AN Criterion B: Intense fear of gaining weight, or becoming fat, even though underweight
Children may not verbally endorse fear of fatness despite determined food refusal (of a quantitative and/or qualitative nature) that results in
severe weight loss. This may either be a manifestation of anorexia nervosa in younger ages or reflect an alternative diagnosis. Specific fear of
weight gain or compensatory behaviours may become apparent once weight restoration efforts commence. Behavioural indicators and/or
parental report should serve as valid sources of information for this criterion.
AN Criterion C: Disturbance in the way in which one’s body weight or shape is experienced, undue influence of body weight
and shape on self-evaluation, or denial of the seriousness of the current low body weight
Children and young adolescents may lack the capacity to appreciate abstract concepts such as self-worth or to describe the experience of
their bodies in other than concrete or somatic terms. Children and both younger and older adolescents have a reduced capacity for general
risk appraisal, and thus may fail to appreciate the specific risk of extreme weight loss behaviours.
BN Criterion D: Self-evaluation is unduly influenced by body shape and weight
Children and young adolescents may lack the capacity to appreciate abstract concepts such as self-worth or to describe the experience of
their bodies in other than concrete or somatic terms.
82 Eur. Eat. Disorders Rev. 18 (2010) 79–89 ß 2010 John Wiley & Sons, Ltd and Eating Disorders Association.
Eating Disturbance in Children and Adolescents T. Bravender et al.
have more immediate negative impact such as severe
dehydration (Nicholls et al., 2002; Peebles et al., 2006).
Of importance, while an adult needs to resolve
symptoms to improve health, children and adolescents
continue to grow and develop somatic processes with
high-energy demands. Increased nutrition is necessary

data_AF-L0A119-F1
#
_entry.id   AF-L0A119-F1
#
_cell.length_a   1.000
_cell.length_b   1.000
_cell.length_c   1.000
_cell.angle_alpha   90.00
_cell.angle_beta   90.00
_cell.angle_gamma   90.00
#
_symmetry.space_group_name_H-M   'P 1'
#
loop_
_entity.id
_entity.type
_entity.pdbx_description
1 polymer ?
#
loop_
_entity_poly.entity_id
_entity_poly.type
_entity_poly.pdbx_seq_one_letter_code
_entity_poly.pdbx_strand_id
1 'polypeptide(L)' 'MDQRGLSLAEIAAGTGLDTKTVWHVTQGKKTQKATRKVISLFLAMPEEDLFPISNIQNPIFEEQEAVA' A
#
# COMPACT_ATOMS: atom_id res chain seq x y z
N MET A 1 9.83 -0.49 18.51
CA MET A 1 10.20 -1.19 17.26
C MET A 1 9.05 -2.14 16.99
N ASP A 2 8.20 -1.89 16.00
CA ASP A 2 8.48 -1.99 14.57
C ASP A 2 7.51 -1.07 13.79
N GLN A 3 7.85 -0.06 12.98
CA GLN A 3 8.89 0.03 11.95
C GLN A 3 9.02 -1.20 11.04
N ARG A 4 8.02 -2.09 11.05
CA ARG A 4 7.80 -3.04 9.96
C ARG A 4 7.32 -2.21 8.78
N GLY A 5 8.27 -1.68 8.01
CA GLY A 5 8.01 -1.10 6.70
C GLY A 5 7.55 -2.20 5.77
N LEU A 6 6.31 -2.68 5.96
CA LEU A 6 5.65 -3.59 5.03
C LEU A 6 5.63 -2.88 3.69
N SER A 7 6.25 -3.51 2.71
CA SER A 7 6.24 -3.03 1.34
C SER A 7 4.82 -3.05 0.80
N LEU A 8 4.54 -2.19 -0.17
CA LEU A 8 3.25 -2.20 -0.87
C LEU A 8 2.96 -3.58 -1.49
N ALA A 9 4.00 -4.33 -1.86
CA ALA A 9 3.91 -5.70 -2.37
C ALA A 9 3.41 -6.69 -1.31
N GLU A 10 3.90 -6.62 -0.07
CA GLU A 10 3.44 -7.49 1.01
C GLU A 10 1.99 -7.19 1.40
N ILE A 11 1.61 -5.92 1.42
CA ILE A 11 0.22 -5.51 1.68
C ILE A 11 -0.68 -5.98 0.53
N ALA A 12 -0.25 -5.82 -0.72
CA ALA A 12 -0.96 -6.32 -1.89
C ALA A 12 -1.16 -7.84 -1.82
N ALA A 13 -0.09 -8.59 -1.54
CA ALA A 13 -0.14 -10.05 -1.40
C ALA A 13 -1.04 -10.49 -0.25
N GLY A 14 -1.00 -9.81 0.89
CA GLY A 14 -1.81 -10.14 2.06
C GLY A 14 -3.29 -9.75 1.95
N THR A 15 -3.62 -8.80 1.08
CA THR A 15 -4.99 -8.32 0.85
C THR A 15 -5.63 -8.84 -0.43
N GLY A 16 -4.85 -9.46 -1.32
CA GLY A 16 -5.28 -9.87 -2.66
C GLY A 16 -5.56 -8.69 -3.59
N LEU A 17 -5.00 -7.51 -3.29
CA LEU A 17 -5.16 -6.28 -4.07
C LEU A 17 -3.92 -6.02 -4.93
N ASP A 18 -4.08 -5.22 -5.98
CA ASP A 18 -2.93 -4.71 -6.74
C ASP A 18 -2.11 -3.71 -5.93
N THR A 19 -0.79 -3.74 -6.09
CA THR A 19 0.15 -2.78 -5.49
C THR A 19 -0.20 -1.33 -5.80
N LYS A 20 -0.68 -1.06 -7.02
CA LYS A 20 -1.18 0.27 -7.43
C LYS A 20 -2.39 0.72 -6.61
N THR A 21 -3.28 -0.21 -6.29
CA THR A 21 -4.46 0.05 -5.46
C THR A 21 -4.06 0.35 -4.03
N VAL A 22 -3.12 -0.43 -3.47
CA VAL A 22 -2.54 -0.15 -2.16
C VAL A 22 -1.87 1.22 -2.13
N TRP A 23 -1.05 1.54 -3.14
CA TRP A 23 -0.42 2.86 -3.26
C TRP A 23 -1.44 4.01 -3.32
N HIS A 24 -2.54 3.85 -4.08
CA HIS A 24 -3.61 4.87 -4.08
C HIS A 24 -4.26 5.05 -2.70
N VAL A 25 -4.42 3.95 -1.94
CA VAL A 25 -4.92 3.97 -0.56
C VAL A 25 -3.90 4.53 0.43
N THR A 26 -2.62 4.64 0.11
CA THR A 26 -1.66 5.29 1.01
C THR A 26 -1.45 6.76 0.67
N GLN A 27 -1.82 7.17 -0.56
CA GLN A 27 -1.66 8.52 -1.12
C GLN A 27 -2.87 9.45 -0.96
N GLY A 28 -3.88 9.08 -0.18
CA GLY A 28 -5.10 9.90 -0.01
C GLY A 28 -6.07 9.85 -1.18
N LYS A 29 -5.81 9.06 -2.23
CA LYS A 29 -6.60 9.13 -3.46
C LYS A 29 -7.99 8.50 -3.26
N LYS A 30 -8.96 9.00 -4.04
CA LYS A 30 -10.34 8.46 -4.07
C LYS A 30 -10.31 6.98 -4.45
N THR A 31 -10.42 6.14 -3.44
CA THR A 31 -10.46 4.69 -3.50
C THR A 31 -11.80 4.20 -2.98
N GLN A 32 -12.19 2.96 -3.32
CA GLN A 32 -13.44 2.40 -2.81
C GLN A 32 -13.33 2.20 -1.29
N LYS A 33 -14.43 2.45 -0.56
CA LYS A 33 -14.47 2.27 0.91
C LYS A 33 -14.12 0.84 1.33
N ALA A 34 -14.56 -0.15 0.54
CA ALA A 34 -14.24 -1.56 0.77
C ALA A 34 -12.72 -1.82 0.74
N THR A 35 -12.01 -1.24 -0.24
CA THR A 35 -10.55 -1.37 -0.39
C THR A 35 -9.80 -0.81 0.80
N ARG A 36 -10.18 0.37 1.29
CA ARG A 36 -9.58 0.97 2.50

during this critical window to enable these processes to
occur. To illustrate, malnourishment during adoles-
cence is associated with low turnover of bone with
increased bone resorption without concomitant bone
formation, a pattern different from that seen in
menopausal women (Lennkh et al., 1999). While
weight restoration is an important determinant of
bone mineral density, there appears to be a critical
window during which such repair can occur (Brooks,
Ogden, & Cavalier, 1998; Valla, Groenning, Syversen, &
Hoeiseth, 2000). To avoid the negative impact of
malnourishment and to reflect the valid nutritional
status of a child or adolescent adequately, developmen-
tally sensitive definitions are required to ensure
children are able to access appropriate treatment.
Accordingly, an alternative strategy to reliably define
ideal weight for children and adolescents is to consider
developmental trends in growth and physical maturity
for that individual. To be sure, current weight criteria
were never meant to be interpreted literally, but rather
to be used as a guide to determine when an individual’s
weight history warranted concern. In practice, however,
these guidelines are far too often literally interpreted
with potentially deleterious consequences as individuals
may be denied access to care by third party payers due
to failure to meet an arbitrary defined threshold. Thus,
upcoming revisions have two challenges. First, weight
criteria should be framed in a manner that is
developmentally sensitive. Second, criteria must be
framed so that they are clinically useful with no
potential for misuse. Combined, such precautions
would ensure that those who need care are not denied
such treatment based on their weight loss history.
Current diagnostic complexity is due, in part, to the
challenge of defining an optimal weight range for a
growing child or adolescent. The degree of variation in
physical development at any one age during puberty is
wide; for example, some children may be prepubertal,
while others may have reached full adult maturity by the
age of 12. With regard to eating disorders, this range can
be widened further, since underweight can result in
pubertal delay or interruption. An average 16 year old
female, with the onset of menarche at 12.5 years of age,
could therefore have reached full adult height and
weight, and thus be appropriately compared to centile